With that out of the way, your PMC should wear a set of headphones in-game as well. There are various different sets, and they all have a different sound signature, but the most important fact is that they all cut out useless noises and amplify the most important ones. Wind, rain, and ambient sounds all get lessened, but footsteps, gunshots and footsteps all get amplified. Once you wear a pair, you also become abundantly aware of just how much of a racket you yourself make charging through bushes and opening filing cabinets.

To provide an anecdote from my own experience, I was waiting outside the Dorms on the Customs map when I heard a low rustling coming from some bushes around 15 metres away. I turned to see a player’s face appear through a bush — he had been crawling, thinking he could get the drop on me. With all the self-control of John Rambo, I sprayed a whole magazine into him. If I hadn’t been wearing headphones, I wouldn’t have heard him.

10.) An army of one

If you’re playing solo, like many of us do, the following pointers are for you. 

Playing solo means you are outnumbered. Stealth, then, is your greatest advantage. This means that you should always use a suppressor when you can afford one. They only cost around 30k roubles, and they stop players locating your position once you’ve fired your weapon. 

Reposition after engaging is a strategy that you should master. Once you’ve taken a few shots with your suppressed weapon, move to another bush/room/tree. It doesn’t have to be far. Adrenaline-fuelled players/Scavs love to home in on the action, so when they sprint to your last location thinking they’ve got one up on you, they’ll be in for a nasty surprise.

Once you’ve killed some people, you want to loot them, right? Have patience. Stay in cover for a few minutes just watching. More than likely someone will turn up like a vulture, and try to loot that person you just killed. Now you will have even more loot to pick through. 

11.) Insure everything

This is my stash. There are many like it but this one is mine.

Before you enter a raid, you can choose to insure your items. You should insure everything with Prapor. He is the cheapest, and, providing no one leaves the raid with your items, you will get them back within 36 hours. You might be tempted to think it’s a waste of money, and that nobody will leave your loot — but they will. 

Most body armours are too big to fit in backpacks. A lot of players will also already have better armour, or yours might be so shot up that it isn’t worth the space if they can get it out. The same goes for weapons. The more basic your weapon, the more likely people will leave it on your body. It’s the shiny late-game guns they want.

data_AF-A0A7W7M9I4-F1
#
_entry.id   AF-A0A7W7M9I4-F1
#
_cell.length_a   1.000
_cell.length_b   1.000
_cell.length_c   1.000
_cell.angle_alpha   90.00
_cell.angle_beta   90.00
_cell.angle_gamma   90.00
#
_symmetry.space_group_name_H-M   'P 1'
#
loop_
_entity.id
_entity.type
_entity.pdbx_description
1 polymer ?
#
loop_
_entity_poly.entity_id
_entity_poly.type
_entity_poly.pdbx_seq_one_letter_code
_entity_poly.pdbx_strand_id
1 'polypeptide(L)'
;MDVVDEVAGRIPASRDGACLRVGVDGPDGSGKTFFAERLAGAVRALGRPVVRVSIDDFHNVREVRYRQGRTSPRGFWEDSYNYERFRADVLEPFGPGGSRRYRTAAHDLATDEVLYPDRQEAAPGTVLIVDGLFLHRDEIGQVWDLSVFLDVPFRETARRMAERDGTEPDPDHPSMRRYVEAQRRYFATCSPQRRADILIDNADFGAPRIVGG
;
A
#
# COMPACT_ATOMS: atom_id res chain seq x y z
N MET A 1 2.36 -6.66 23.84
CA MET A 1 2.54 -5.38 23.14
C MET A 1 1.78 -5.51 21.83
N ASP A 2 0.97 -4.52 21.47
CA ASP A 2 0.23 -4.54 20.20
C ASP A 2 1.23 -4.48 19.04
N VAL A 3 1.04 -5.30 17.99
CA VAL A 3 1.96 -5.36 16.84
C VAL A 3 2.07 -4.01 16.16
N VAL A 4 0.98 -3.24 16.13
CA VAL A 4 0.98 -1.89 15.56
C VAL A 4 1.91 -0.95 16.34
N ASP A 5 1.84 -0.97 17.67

Most of the time your stuff will come back to you if you insure it, and it’s much cheaper than buying it again.

12.) How to combat gear-fear

This is the most important advice on this list. Gear-fear is infectious, and permeates every strata of EFT player. It is a term used to identify the anxiety that comes with using expensive, high-level gear and weapons, and the fear of losing them. 

If you have the good fortune of scoring some great loot, and escaping with it, you probably haven’t thought about what you will do with it. You could spend hours agonising over it, or, worse still, you could take it into a raid and spend the whole time terrified. Thankfully, the solution is simple — sell it. 

Sell your goods on the Flea Market to alleviate that anxiety.

If you are just starting out, the money you get for selling good gear is far more valuable than using it and losing it. For example, one SA-58 rifle with modifications is worth 4-5 normal AKs on the Flea Market. With those AKs you increase your chance of getting more and better loot. Use only what you’re comfortable with, and what you can afford to lose. Before you know it, you will have the money and confidence to use those items that gave you gear-fear in the first place, and at that point it won’t be a big deal if you lose them. 

Final thoughts

There is no easy way to succeed at Escape from Tarkov. The game is still under development, but it is also the creator’s intent for it to be obtuse and punishing. You will have to learn from experience to a great extent. Following this guide, however, will give you the fundamentals, and lessen your suffering on your way to the top. Stick with it, and soon enough you will be one of the players you were cursing while you were learning the ropes. 

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Jesse Gregoire

Starting with the Sega Mega Drive, I’ve been playing those video game things for what seems like an eternity. Anything with a good narrative is my passion, but you can also find me clicking the heads in FPS games, living a second life in a sim, or looking for those elusive objects in adventure games. I’m still trying to workout what happened in Metal Gear Solid.